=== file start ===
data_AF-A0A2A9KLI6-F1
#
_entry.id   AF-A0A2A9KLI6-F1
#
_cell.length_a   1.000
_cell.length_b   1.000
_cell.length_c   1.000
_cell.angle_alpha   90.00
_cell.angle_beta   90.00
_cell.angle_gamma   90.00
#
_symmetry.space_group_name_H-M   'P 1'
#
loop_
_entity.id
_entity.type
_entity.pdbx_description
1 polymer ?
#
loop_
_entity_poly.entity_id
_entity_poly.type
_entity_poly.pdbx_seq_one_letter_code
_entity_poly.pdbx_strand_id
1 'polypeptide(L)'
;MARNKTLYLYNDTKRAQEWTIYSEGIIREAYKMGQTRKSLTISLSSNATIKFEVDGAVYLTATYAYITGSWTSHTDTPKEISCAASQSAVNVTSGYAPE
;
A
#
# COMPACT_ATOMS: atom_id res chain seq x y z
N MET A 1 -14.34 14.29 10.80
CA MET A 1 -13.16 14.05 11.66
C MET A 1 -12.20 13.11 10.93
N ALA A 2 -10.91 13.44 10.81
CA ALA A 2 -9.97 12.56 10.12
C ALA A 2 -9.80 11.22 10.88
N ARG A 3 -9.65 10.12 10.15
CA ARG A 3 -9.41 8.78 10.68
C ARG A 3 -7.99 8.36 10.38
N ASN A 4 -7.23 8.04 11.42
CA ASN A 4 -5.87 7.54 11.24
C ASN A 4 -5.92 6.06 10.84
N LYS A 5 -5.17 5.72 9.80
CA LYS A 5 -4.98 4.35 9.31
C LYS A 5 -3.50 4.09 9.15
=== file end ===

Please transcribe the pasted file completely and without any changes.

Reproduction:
data_AF-A0A2A9KLI6-F1
#
_entry.id   AF-A0A2A9KLI6-F1
#
_cell.length_a   1.000
_cell.length_b   1.000
_cell.length_c   1.000
_cell.angle_alpha   90.00
_cell.angle_beta   90.00
_cell.angle_gamma   90.00
#
_symmetry.space_group_name_H-M   'P 1'
#
loop_
_entity.id
_entity.type
_entity.pdbx_description
1 polymer ?
#
loop_
_entity_poly.entity_id
_entity_poly.type
_entity_poly.pdbx_seq_one_letter_code
_entity_poly.pdbx_strand_id
1 'polypeptide(L)'
;MARNKTLYLYNDTKRAQEWTIYSEGIIREAYKMGQTRKSLTISLSSNATIKFEVDGAVYLTATYAYITGSWTSHTDTPKEISCAASQSAVNVTSGYAPE
;
A
#
# COMPACT_ATOMS: atom_id res chain seq x y z
N MET A 1 -14.34 14.29 10.80
CA MET A 1 -13.16 14.05 11.66
C MET A 1 -12.20 13.11 10.93
N ALA A 2 -10.91 13.44 10.81
CA ALA A 2 -9.97 12.56 10.12
C ALA A 2 -9.80 11.22 10.88
N ARG A 3 -9.65 10.12 10.15
CA ARG A 3 -9.41 8.78 10.68
C ARG A 3 -7.99 8.36 10.38
N ASN A 4 -7.23 8.04 11.42
CA ASN A 4 -5.87 7.54 11.24
C ASN A 4 -5.92 6.06 10.84
N LYS A 5 -5.17 5.72 9.80
CA LYS A 5 -4.98 4.35 9.31
C LYS A 5 -3.50 4.09 9.15